Join Donate

Harold John Blackham (1903 – 2009)

Philosopher, writer, teacher, humanist

Harold-Blackham1-300x134Born on the 31st March, 1903, near Birmingham, Harold Blackham studied literature and worked in farming and teaching before turning to philosophy and adult education. Though never a professional philosopher, he tutored adult education courses on philosophy and the history of ideas, and made substantial contributions to 20 th century humanist thinking in his many articles and books. These span half a century and include: Six Existentialist Thinkers (1952); Objections to Humanism (1963);Humanism (1968); The Future of Our Past (1996). Barbara Smoker, in Blackham’s Best (see below), describes his writing as driven by a desire to distill and communicate the wisdom of the past to others, and as “condensed, taut, aphoristic … with multiple layers of meaning – often more like classical poetry than modern prose”. Many of his ideas are as true and helpful today as when he wrote them:

“[Humanism] is the ordinary way of taking hold of the world, straightforwardly, by contrast with the far-fetched, the ancestral, the immemorial. Contrary to what many suspect or complain of, humanism not only has no mumbo-jumbo, it has no experts. Intellectuals and the man in the street speak the same language.” (The Plain View, 1963)

“Faith without works is not Christianity, and unbelief without any effort to help shoulder the consequences for mankind is not humanism.” (Objections to Humanism, 1968)

“Agnosticism… is the only position warranted by experience: recognition of the permanent nature and conditions of human knowledge, with its open horizon of continuous progressive investigation.” (Objections to Humanism, 1968)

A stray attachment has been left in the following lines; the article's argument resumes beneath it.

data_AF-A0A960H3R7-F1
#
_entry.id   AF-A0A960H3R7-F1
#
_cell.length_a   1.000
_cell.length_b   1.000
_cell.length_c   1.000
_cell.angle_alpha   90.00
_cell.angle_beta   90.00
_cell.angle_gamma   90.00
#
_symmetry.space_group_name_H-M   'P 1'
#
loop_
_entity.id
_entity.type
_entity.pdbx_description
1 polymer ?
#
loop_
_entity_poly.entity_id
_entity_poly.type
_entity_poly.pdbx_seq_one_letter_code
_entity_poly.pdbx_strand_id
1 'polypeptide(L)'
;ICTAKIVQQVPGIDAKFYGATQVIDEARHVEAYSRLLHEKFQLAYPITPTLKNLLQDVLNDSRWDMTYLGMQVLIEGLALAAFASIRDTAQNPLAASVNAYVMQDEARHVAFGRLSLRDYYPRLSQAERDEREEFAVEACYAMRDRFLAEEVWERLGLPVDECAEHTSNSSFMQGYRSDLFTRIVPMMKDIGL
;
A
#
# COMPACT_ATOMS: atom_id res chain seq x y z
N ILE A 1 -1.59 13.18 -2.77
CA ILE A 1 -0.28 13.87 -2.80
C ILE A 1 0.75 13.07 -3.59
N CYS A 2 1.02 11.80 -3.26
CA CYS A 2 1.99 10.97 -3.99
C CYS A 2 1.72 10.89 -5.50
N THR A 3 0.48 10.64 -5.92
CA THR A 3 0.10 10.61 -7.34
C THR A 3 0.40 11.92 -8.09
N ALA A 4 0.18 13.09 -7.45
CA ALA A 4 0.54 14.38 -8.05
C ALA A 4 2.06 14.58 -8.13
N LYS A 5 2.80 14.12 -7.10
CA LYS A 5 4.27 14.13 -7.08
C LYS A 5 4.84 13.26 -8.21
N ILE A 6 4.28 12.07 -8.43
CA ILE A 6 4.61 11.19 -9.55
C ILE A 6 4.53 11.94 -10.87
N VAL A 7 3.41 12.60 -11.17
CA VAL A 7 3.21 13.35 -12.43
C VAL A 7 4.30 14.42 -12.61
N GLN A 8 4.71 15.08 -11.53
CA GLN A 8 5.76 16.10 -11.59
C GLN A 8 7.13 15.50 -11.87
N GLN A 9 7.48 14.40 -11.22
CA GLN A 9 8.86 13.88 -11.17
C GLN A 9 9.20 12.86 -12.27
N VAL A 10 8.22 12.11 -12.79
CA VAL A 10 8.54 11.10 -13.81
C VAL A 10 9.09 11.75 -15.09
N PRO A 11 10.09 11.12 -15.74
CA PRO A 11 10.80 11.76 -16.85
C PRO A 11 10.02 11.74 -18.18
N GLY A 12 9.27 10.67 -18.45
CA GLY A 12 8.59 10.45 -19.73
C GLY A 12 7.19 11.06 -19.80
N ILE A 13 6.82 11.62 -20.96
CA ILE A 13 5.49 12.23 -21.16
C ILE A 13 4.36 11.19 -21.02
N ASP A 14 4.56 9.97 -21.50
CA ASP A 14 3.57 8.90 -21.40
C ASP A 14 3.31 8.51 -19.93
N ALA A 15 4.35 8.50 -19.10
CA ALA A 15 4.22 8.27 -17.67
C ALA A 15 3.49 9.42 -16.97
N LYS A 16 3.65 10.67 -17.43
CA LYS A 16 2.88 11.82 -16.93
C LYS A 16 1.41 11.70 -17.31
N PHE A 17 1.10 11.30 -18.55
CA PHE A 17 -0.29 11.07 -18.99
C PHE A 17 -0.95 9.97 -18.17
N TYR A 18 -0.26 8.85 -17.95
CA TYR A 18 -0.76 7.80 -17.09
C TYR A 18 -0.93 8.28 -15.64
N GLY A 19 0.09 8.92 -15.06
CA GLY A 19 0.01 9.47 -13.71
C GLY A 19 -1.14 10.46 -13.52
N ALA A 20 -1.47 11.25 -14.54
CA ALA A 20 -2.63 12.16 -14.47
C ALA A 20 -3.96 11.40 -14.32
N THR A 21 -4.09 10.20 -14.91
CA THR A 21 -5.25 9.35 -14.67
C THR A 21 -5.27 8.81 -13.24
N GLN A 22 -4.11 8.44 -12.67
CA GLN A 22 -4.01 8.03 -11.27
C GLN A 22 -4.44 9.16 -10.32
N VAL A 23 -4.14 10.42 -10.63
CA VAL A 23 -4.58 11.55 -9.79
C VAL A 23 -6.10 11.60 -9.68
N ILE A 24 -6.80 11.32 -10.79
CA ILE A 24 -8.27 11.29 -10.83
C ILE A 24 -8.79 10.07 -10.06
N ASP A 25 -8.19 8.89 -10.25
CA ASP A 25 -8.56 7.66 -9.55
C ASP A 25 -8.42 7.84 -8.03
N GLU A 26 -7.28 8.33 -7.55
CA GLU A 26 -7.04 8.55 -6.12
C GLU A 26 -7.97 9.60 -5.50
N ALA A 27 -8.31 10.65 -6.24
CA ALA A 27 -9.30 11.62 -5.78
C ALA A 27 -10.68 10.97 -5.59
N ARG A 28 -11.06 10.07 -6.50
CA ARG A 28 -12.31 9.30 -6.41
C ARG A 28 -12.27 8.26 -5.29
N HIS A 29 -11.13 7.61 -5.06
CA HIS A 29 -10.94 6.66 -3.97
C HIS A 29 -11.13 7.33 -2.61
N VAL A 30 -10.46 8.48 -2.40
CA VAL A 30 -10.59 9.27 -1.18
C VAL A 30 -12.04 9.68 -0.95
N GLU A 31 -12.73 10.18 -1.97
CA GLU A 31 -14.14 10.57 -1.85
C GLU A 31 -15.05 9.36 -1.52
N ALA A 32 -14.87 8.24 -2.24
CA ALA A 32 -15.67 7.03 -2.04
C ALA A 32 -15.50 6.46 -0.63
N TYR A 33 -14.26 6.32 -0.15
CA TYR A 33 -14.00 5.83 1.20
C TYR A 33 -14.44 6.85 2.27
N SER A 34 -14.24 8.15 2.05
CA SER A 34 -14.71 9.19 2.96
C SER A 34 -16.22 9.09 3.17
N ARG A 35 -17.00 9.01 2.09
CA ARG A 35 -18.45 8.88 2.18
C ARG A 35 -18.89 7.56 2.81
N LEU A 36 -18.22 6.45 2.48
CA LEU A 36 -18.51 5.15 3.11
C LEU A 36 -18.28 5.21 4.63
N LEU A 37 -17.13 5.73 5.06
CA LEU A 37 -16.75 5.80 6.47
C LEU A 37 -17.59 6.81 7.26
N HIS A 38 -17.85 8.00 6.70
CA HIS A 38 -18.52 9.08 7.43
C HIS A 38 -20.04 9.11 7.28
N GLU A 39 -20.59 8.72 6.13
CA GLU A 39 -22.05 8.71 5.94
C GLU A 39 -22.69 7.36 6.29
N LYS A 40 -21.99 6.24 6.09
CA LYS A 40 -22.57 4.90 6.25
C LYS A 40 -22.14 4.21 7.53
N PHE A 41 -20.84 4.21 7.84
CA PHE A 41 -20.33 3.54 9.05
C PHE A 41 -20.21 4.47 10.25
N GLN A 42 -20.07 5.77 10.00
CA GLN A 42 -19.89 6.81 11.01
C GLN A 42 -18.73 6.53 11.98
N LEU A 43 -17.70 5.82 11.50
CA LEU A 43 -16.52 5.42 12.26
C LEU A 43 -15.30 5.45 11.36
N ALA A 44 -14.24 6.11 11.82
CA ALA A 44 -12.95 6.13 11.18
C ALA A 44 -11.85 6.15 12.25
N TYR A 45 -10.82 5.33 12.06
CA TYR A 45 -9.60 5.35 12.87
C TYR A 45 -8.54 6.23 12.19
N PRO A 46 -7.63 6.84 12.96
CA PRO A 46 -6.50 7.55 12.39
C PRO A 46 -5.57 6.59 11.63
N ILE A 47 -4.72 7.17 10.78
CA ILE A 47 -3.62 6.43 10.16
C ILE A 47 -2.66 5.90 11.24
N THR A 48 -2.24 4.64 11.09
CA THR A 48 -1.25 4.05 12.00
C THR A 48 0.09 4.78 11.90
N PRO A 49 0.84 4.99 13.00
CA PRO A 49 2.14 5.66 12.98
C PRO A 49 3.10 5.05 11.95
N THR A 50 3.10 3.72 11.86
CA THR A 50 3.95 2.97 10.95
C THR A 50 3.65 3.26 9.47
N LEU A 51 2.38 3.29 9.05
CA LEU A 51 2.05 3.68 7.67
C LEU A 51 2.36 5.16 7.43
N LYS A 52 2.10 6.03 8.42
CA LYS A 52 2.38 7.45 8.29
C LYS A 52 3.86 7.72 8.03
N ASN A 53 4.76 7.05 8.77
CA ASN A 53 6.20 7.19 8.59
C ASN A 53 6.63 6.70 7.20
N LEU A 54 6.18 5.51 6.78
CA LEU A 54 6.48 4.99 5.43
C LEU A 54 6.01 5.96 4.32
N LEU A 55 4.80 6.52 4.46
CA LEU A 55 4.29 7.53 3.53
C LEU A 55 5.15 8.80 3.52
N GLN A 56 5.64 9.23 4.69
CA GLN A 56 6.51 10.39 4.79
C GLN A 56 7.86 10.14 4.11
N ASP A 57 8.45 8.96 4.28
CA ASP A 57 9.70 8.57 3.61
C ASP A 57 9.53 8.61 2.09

In the early 30s, Blackham became prominent in the British Ethical Union, and with leaders of the main churches set up a moral education programme in Great Britain . Later he played an important part in the development of the Ethical Union into Humanists UK, becoming Humanists UK’s first Executive Director in 1963. He is also an Honorary Associate of the Rationalist Association. He retained his interests in education and moral education, writing on Education for Personal Autonomy and Education and Drug Dependence, and was a founder of the Journal of Moral Education. In the 1970s he was chair of the Social Morality Council of Great Britain.

He was also a key organiser of the World Union of Freethinkers’ conference in London in 1938, and, after World War II, was a founding member of the International Humanist and Ethical Union (IHEU) and IHEU secretary from 1952 to 1966. He received the IHEU’s International Humanist Award in 1974, and its Special Award for Service to World Humanism in 1978.

Although he described his personal philosophy as Epicurean, others have seen him as a stoic. He wrote of “a resourceful, self-dependent, realistic, constructive attitude to life” – and his long and productive life, committed to a variety of progressive causes, demonstrates perhaps that good health and longevity can be fostered by living according to confident beliefs and values as well as by religion. He continued writing, lecturing, and officiating at humanist funerals into his nineties, eventually retiring to the Wye valley, where he used his “uninterrupted leisure in spectacular natural surroundings” to grow vegetables and continue his reading and writing.

Harold Blackham died on 23rd January 2009, aged 105.  Former editor of New Humanist, Jim Herrick, described him as living “the exemplary humanist life, that of thought and action welded together.”

Blackham’s Best,  a selection of extracts from for the general reader, compiled by Barbara Smoker from Harold Blackham’s writings over the years, first published in 1988 to mark his 85th birthday, and republished with additional material, to celebrate his 100th birthday in 2003.

See also:

Search Humanists UK